Thursday, Nov. 24, 2011 | 4:11 a.m.
CARSON CITY — The Nevada Supreme Court has ruled that pharmacists have a certain responsibility to warn patients who might face a specific health risk from a drug.
The court, walking a narrow line, said Nevada pharmacists “have no duty to warn their customers of the generalized risk inherent in the prescriptions they fill.”
But it said its ruling “does not foreclose a pharmacist’s potential for liability when the pharmacist has knowledge of a customer-specific risk.”
The unanimous decision, written by Justice Ron Parraguirre, said pharmacists have the duty to exercise reasonable care in warning customers or notifying the prescribing doctor of a specific risk a prescribed drug might carry.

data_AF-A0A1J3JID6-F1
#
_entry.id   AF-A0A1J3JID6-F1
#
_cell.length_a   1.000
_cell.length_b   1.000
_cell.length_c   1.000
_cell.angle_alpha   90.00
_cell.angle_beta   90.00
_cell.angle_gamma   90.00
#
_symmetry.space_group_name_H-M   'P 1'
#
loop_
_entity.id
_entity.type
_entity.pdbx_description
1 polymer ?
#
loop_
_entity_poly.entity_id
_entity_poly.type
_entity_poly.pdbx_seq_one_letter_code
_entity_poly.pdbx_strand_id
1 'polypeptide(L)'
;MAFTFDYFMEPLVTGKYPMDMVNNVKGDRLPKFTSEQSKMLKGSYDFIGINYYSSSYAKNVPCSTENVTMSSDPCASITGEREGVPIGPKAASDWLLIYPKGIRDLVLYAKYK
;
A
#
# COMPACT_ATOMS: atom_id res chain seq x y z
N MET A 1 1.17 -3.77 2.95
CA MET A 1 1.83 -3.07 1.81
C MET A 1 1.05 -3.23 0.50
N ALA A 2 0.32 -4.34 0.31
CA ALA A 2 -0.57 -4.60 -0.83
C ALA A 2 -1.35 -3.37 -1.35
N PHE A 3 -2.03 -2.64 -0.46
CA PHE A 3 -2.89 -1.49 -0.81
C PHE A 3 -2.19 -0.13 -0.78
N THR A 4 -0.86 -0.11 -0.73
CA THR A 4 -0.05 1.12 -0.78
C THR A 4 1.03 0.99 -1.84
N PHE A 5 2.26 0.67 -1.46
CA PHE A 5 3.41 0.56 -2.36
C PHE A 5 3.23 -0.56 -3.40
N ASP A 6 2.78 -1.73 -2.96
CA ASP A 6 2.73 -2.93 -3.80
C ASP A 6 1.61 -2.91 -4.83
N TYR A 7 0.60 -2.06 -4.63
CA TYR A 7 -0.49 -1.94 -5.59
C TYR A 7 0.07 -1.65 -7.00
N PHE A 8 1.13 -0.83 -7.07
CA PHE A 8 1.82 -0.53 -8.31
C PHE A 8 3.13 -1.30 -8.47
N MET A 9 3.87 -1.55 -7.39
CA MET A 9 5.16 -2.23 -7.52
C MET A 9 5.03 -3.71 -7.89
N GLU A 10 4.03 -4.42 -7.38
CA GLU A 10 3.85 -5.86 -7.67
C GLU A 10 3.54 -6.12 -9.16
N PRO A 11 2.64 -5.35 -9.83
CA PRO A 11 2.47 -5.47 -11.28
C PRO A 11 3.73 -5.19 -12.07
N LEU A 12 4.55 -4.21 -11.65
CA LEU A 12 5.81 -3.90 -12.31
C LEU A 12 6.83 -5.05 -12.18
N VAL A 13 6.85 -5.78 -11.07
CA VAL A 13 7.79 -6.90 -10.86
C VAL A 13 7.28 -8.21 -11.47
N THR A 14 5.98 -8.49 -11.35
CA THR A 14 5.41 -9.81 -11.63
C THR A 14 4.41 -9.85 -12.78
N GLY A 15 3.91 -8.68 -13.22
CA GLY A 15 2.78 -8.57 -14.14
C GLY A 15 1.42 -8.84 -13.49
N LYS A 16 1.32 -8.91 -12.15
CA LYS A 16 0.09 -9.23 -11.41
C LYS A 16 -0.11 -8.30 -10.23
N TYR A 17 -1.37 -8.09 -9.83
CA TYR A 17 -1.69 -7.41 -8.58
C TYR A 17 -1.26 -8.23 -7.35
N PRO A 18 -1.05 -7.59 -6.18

The court overturned the pretrial summary judgment in favor of Walgreen Co., which was sued by the survivors of Helen Klasch, who died in Las Vegas. The case is now returned to the court of District Judge Michelle Leavitt to develop more facts.
Klasch was diagnosed with a urinary tract infection and a doctor prescribed Bactrim, a sulfa-based antibiotic. Klasch had indicated she had a sulfa allergy but agreed to take the drug.
When her caretaker arrived at the pharmacy to pick up the Bactrim, he was told that Klasch’s record had been flagged by the computer that she had an allergy to sulfa.
The pharmacist called Klasch and told her about the computer notation, but Klasch said she had taken Bactrim without any allergy problems in the past.
So the pharmacy bypassed the computer notation and sold the drug. Klasch’s condition began to worsen and she died.
Walgreens maintained its only duty was to correctly fill the prescription as written.
The doctor involved and the family of Helen Klasch reached a settlement in a lawsuit.